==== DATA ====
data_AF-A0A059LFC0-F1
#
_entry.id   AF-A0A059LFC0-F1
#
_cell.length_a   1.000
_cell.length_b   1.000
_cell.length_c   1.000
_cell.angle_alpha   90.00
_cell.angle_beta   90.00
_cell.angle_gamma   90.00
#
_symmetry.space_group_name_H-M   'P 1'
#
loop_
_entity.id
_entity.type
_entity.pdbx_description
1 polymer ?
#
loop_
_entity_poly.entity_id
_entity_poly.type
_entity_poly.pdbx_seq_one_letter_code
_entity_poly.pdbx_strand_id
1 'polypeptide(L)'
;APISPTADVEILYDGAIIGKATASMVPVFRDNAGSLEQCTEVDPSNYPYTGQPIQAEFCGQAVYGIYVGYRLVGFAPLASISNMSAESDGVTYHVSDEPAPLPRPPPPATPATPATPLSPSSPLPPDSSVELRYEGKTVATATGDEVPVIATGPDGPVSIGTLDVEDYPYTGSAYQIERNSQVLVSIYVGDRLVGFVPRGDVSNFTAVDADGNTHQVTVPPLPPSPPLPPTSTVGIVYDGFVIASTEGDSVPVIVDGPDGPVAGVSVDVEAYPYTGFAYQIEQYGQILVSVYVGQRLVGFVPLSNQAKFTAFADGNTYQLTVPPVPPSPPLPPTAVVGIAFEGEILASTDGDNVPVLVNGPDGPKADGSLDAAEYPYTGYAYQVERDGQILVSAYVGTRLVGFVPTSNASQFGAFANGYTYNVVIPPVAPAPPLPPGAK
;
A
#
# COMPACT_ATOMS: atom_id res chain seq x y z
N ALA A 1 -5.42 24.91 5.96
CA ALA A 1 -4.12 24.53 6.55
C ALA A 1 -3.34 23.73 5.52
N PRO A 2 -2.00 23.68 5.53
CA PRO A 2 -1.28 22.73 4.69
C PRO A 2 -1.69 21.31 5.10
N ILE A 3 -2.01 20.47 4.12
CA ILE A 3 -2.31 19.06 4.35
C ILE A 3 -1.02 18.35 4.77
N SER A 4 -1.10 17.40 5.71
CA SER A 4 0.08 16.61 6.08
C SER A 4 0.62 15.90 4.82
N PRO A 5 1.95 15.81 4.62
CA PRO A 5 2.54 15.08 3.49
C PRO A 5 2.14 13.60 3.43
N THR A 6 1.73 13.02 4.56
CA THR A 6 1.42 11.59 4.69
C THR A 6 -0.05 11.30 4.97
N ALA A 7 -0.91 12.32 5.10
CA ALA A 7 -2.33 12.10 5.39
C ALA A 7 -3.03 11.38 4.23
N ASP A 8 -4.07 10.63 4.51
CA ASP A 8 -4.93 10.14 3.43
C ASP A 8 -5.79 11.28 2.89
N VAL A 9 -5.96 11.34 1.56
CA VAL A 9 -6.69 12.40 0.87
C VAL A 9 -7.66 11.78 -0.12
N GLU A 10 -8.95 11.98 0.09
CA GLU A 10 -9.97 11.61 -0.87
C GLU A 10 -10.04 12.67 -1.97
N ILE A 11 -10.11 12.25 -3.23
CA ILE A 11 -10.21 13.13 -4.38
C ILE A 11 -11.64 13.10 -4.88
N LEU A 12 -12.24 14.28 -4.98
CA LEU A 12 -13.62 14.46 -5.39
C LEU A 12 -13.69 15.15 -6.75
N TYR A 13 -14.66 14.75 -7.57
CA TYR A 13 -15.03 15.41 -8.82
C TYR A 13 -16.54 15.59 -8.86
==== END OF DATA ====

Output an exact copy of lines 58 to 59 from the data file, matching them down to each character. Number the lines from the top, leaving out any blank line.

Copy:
N GLU A 10 -8.95 11.98 0.09
CA GLU A 10 -9.97 11.61 -0.87